When Durham region Conservative Party MP Erin O’Toole rises in the House of Parliament to pay tribute to your accomplishments, you must have done something right. And this was the accolade paid to legendary deejay David Marsden who recently ended an 11-year stint as a weekend host on Oshawa’s CKGE 94.9 The Rock radio station. Yes the same deejay who pioneered The Spirit of Radio concept at Toronto area radio station CFNY in the early Eighties, who reshaped formats at Vancouver’s Coast 104 FM in the Nineties and while, at CFNY, established the CASBY Awards as an awards program which recognized achievements by indie and alternative recording artists.
Seeing that his tenure at the Rock was coming to an end, Marsden accelerated his efforts to introduce a new on-line radio format NY The Spirit .com which was launched September 1st 2014,to showcase the great music of the 80s and promote new music being released by those artists. Also material that does not fall into established formats.
Depressed by the state of contemporary FM radio, Marsden, who had forged a career revamping formats and actively promoting new music, joined forces with Igor Loukine to create a subscription-based digital format which boasts live disc jockeys that are free to format their own shows with a guarantee never to play the same track twice in a 24-hour cycle.
“I had been talking with Igor about this idea for about 18 months,” explained Marsden as he and Loukine met with Music Express at a Liberty Village pub in Toronto to discuss their new project. “Initially, I had no idea my two shows at The Rock were coming to an end but in October I was advised the station was evolving and that my shows no longer fit their format so that was that. No regrets though, I had 11 terrific years at 94.9, it just meant we had to speed up the process to launch NY the Spirit.”
Recorded in a studio at Marsden’s home residence and featuring shows by Marsden, Ivar Hamilton, Rob Stuart and Don Berns, Marsden describes NY The Spirit as a place you can hear music that is rarely accessible anywhere else. “It’s primarily targeted at 80’s music fans who also want to hear new tracks by these artists,” Marsden explained. “For example I love the new Simple Minds’ album and we’ve programmed six tracks off the record, same with the new Depeche Mode record. No show by any of the deejays is going to be the same, there are no pre-conceived playlists, and they can play whatever they want.”
“At a time when kids can create their own playlists on their iPods, it becomes an even bigger task to reach an audience but we are committed to providing an outlet to expose new music by established artists. NYTheSpirit.com is a carefully currated music stream.”
Playing new music to a new audience is nothing new to Marsden. During the late 1970’s and early 1980’s, he introduced North America to the likes of Depeche Mode, OMD and even Duran Duran via Brampton area radio station, CFNY – coining the phrase “The Spirit Of Radio” while at the same time providing valuable exposure to domestic talent like FM, The Spoons, Blue Peter, Images In Vogue and The Bare Naked Ladies. “We played the music, the fans caught on and they made that music powerful,” he noted.[quote]To me, radio was always about personality, it is the one thing that made each radio station unique[/quote]
“To me, radio was always about personality, it is the one thing that made each radio station unique,” noted Marsden. “You may have two or three people playing the same music but they each have to insert their own personality into the format. It was this approach which made CFNY so special back in the day.”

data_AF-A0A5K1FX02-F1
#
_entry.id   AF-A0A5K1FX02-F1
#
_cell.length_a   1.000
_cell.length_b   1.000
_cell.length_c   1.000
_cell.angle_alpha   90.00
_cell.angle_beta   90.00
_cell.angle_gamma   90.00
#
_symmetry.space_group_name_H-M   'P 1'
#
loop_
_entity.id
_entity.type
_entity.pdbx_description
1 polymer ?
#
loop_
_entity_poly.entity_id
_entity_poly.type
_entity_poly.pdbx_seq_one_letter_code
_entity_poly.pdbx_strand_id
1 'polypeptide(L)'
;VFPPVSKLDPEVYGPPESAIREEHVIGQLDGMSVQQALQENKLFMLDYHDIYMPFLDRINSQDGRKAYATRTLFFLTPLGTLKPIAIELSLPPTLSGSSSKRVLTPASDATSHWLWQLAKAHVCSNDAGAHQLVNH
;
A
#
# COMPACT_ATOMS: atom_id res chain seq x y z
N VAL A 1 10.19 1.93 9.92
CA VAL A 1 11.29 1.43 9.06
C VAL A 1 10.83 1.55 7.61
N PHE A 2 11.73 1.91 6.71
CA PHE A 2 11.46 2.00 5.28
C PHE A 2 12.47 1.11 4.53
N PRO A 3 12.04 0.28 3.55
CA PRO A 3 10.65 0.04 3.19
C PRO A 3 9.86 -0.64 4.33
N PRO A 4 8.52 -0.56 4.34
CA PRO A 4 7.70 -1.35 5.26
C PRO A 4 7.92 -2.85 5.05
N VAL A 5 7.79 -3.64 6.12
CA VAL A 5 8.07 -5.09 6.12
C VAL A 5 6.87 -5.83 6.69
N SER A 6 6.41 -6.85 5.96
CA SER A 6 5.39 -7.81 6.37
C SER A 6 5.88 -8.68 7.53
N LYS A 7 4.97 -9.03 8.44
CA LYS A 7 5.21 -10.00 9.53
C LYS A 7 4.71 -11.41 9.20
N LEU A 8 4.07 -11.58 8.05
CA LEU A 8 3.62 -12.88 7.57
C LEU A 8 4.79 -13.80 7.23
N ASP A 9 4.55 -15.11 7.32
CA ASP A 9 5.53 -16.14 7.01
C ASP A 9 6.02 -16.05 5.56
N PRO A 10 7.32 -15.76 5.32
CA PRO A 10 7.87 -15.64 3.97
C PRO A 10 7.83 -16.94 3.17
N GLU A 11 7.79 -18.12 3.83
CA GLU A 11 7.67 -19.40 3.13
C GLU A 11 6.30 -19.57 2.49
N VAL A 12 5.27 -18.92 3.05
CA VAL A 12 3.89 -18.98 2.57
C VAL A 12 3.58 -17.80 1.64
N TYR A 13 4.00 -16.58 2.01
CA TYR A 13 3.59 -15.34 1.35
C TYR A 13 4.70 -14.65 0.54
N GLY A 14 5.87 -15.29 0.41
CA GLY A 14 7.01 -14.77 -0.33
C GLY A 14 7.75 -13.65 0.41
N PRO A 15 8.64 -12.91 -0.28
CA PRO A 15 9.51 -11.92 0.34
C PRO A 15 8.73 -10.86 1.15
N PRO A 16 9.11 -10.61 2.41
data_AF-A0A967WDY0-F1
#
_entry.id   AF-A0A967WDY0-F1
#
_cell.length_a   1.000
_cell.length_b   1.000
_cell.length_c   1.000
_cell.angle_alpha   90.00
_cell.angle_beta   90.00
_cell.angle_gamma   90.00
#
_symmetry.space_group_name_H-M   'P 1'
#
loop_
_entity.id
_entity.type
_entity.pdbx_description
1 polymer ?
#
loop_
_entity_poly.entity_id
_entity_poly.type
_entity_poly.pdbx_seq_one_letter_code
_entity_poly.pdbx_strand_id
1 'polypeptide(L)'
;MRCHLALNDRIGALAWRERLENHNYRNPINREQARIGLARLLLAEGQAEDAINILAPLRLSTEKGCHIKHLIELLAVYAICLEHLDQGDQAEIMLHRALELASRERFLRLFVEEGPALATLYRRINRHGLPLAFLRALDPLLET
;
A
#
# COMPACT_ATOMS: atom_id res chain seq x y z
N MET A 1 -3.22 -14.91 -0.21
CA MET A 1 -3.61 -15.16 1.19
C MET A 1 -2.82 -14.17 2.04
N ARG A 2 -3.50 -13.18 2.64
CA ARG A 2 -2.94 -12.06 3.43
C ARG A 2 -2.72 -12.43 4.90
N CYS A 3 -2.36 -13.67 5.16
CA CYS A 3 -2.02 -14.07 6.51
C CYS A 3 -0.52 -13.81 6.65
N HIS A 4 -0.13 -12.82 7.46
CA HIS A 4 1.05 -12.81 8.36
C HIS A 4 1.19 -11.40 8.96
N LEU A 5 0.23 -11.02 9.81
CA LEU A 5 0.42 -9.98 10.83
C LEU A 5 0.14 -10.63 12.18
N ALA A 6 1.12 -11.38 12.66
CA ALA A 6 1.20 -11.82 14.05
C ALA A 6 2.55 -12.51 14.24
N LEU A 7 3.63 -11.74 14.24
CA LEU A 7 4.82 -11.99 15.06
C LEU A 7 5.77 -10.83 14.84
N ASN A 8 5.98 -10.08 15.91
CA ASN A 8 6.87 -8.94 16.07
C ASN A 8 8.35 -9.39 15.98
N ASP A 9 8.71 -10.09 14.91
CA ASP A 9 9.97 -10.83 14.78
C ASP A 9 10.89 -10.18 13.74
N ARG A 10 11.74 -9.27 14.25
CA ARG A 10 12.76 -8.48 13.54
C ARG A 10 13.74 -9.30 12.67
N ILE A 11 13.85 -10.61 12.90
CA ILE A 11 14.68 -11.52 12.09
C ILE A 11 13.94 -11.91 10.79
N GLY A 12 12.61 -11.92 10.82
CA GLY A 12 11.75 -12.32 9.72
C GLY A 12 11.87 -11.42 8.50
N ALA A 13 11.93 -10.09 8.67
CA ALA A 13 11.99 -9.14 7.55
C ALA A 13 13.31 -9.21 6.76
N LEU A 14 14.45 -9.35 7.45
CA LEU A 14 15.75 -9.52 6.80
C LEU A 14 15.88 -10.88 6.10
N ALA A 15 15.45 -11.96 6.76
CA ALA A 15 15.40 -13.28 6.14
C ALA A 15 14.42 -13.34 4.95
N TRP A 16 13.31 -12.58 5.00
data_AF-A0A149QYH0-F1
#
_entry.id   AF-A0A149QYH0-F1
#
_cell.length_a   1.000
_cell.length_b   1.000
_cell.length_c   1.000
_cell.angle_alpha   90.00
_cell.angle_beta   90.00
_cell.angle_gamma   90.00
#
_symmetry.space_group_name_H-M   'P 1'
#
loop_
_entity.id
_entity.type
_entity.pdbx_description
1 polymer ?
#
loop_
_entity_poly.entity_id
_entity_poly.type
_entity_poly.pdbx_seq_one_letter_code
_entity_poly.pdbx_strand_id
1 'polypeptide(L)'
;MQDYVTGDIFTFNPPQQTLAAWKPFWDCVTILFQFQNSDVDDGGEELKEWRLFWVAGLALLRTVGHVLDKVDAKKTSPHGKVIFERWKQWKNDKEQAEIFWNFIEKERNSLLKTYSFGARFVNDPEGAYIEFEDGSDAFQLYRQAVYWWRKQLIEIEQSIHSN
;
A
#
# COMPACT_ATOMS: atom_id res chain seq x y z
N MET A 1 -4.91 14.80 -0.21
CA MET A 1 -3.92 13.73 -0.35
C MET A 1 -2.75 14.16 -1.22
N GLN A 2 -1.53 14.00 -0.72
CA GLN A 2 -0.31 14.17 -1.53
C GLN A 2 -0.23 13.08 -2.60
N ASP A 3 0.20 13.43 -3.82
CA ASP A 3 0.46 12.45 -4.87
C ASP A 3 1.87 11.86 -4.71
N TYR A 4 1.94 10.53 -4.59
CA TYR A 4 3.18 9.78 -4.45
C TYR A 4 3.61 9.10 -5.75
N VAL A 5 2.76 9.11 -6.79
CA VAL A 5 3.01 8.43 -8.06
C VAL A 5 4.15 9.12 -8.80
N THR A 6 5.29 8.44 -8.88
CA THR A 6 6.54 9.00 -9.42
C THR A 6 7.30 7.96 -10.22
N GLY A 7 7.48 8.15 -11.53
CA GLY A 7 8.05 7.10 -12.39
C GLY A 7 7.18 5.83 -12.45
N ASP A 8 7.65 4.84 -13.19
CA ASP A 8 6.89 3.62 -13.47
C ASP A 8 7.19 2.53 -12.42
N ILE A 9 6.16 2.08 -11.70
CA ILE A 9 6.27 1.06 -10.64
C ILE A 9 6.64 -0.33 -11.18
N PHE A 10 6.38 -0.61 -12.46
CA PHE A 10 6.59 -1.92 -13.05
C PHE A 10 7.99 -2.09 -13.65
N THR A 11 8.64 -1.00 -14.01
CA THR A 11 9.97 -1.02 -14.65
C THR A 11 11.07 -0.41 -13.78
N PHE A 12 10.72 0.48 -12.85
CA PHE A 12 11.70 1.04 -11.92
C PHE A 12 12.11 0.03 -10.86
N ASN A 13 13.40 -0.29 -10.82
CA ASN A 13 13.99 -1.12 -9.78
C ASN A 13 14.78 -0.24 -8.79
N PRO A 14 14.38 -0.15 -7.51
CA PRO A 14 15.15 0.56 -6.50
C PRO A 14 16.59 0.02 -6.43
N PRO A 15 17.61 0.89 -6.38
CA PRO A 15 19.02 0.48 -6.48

For a dyed-in-the-wool radio disc jockey, it is difficult for David Marsden to accept that personality is a lost element of contemporary radio but he draws on an analogy to show how formats can change and progress.
“When I was at CKGM in Montreal in the late 60’s FM radio was virtually none existent,” explained Marsden. “No car radios or transistor radios had an FM band. AM radio was the big money maker, FM was considered ‘little old ladies music’, the tuners for FM radio were the size of a Volkswagen. Then the Beatles’ released Sgt Pepper’s Lonely Hearts Club Band in 1967 and people realized you could use two ears to listen to music and that FM would be ideal for this format.”
“So a bunch of folks at CKGM, tried to convince the owner Geoff Stirling to let them program rock music on the FM band and so on one Sunday night he let us play the entire second side of the Beatles’ Abbey Road LP because it ran together like one continuous song.
“Stirling was nervous, he hired extra security for the station because he thought his action would trigger a riot, and he had extra people on the switchboard expecting to be flooded with complaints. But the record played and they received a total of two phone calls, both raving about the format change. So from that point on, we were allowed to program rock music overnights on Saturday and Sunday and FM music took off from that point.
“Now of course, FM music is the big money earner and AM radio barely exists, but it proves my point that formats can change,” concluded Marsden. “Now music is available in so many different platforms, including receiving it on your computer, your cell phone, I-Pad, WiFI speakers and more – those people who are saying that a digital format will never work, just look at how drastic the music landscape has changed recently. We do believe NY The Spirit.com is one part of the future and I personally am looking forward to a new challenge. I believe we must include all the platforms available, when it comes to sharing the great music.”
For those interested in checking out Marsden’s new service you can log on to